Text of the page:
Word of the Day : May 15, 2017


verb PAIR-uh-gruh-nayt


1 : to travel especially on foot : walk

2 : to walk or travel over : traverse

Did You Know?

We begin our narrative of the linguistic travels of peregrinate with the Latin word peregrinatus, the past participle of peregrinari, which means "to travel in foreign lands." The verb is derived from the Latin word for "foreigner," peregrinus, which was earlier used as an adjective meaning "foreign."That term also gave us the words pilgrim and peregrine, the latter of which once meant "alien" but is now used as an adjective meaning "tending to wander" and as a noun naming a kind of falcon. (The peregrine falcon is so named because it was traditionally captured during its first flight—or pilgrimage—from the nest.)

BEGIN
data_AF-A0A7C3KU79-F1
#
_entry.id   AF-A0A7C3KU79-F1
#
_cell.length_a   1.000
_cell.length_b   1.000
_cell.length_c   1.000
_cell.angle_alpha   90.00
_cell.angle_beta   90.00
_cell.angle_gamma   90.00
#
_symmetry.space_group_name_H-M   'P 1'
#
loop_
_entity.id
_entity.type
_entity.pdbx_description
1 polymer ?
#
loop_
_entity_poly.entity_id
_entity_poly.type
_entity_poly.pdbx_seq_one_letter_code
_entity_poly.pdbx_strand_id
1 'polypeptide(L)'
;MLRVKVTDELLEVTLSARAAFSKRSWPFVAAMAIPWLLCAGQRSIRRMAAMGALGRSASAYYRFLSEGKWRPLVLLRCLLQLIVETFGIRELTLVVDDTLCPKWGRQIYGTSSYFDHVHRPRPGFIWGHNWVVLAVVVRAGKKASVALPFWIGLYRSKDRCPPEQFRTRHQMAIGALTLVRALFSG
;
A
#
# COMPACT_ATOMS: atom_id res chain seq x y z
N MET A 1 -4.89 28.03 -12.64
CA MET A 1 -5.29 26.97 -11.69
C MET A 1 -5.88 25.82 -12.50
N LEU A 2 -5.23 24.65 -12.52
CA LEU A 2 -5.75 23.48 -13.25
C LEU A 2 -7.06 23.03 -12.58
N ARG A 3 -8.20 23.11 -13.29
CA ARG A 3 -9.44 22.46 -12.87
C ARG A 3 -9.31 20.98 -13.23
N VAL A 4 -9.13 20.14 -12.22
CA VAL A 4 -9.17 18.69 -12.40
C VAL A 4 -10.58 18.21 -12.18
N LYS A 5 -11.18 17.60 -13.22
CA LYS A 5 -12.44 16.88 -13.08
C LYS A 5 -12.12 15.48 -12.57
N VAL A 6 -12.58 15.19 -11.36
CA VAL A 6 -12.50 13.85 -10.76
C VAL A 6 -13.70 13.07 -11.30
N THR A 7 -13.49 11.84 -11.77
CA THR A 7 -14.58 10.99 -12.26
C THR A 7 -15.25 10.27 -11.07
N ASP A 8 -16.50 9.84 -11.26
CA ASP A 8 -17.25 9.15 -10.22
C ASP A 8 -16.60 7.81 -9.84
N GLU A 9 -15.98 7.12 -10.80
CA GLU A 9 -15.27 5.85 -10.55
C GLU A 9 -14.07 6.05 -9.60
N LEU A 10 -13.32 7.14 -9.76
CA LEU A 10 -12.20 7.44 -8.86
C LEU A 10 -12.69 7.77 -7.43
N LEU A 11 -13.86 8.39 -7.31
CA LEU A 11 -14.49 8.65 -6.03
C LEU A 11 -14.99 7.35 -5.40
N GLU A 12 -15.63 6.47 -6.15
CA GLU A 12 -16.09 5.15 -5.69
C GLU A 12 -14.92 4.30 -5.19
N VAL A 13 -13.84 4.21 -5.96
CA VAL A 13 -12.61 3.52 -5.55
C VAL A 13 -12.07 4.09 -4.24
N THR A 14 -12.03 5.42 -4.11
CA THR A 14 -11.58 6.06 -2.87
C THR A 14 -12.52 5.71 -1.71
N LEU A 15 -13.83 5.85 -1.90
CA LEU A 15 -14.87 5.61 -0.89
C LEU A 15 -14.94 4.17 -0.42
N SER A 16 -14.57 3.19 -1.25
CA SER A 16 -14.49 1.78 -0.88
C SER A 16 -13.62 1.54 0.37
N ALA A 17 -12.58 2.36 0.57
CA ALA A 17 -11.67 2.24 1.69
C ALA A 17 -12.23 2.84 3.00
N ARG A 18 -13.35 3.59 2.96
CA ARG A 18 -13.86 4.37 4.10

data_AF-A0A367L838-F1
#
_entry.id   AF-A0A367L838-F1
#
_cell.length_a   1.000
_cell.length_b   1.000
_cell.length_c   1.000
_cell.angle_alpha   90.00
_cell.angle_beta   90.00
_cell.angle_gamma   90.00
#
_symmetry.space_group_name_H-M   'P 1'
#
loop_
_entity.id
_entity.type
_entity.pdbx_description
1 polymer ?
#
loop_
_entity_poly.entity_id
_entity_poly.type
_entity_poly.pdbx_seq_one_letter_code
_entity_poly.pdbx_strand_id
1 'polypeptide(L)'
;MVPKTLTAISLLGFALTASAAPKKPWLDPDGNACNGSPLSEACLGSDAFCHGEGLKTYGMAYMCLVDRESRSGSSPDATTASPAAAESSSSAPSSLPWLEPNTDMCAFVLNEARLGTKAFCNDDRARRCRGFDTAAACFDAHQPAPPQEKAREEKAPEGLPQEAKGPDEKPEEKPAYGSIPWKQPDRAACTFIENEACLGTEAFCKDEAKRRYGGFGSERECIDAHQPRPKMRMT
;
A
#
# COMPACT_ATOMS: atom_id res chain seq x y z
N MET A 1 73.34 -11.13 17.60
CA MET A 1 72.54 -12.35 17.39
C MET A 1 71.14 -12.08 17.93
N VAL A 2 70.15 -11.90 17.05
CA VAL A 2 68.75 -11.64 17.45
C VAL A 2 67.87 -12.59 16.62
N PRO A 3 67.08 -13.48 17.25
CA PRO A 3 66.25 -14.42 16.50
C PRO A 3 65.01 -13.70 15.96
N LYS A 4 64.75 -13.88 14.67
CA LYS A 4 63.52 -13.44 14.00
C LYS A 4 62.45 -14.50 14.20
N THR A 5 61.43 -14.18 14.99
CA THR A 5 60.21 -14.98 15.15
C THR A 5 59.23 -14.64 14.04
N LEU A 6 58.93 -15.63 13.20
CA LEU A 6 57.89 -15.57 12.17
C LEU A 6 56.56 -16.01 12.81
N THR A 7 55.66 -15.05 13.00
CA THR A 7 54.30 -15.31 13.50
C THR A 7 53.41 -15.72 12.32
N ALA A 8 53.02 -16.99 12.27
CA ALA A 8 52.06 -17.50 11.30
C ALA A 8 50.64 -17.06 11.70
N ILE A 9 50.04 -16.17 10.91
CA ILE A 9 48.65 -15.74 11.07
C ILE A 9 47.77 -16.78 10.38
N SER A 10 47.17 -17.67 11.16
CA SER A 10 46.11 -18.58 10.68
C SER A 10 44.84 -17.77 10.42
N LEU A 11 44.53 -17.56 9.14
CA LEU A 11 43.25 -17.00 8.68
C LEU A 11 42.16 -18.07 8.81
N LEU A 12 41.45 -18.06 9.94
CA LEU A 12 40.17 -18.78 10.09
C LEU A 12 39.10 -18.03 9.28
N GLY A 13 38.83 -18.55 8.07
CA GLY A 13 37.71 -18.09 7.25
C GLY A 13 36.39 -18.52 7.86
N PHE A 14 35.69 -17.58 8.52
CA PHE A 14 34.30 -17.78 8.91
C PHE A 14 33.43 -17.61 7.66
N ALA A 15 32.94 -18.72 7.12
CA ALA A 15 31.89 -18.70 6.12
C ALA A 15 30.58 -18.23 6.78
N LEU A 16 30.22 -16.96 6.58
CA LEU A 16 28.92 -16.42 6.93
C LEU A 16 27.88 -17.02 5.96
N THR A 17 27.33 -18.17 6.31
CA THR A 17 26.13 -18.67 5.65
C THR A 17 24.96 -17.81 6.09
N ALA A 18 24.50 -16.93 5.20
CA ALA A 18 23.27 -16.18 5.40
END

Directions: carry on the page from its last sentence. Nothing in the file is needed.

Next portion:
"All my traveling life, 40 years of peregrinating Africa, Asia, South America and Oceania, I have thought constantly of home…." — Paul Theroux, The Smithsonian Magazine, September 2009

"Hundreds of passenger trains traversed millions of miles laden with travelers increasingly accustomed to peregrinating in style and comfort." — Dave Flessner, The Chattanooga (Tennessee) Times Free Press, 27 May 2015

Test Your Vocabulary

Unscramble the letters to create a verb that means "to travel about without an apparent plan": IRETSAP.



More Words of the Day

Love words? Need even more definitions?

Subscribe to America's largest dictionary and get thousands more definitions and advanced search—ad free!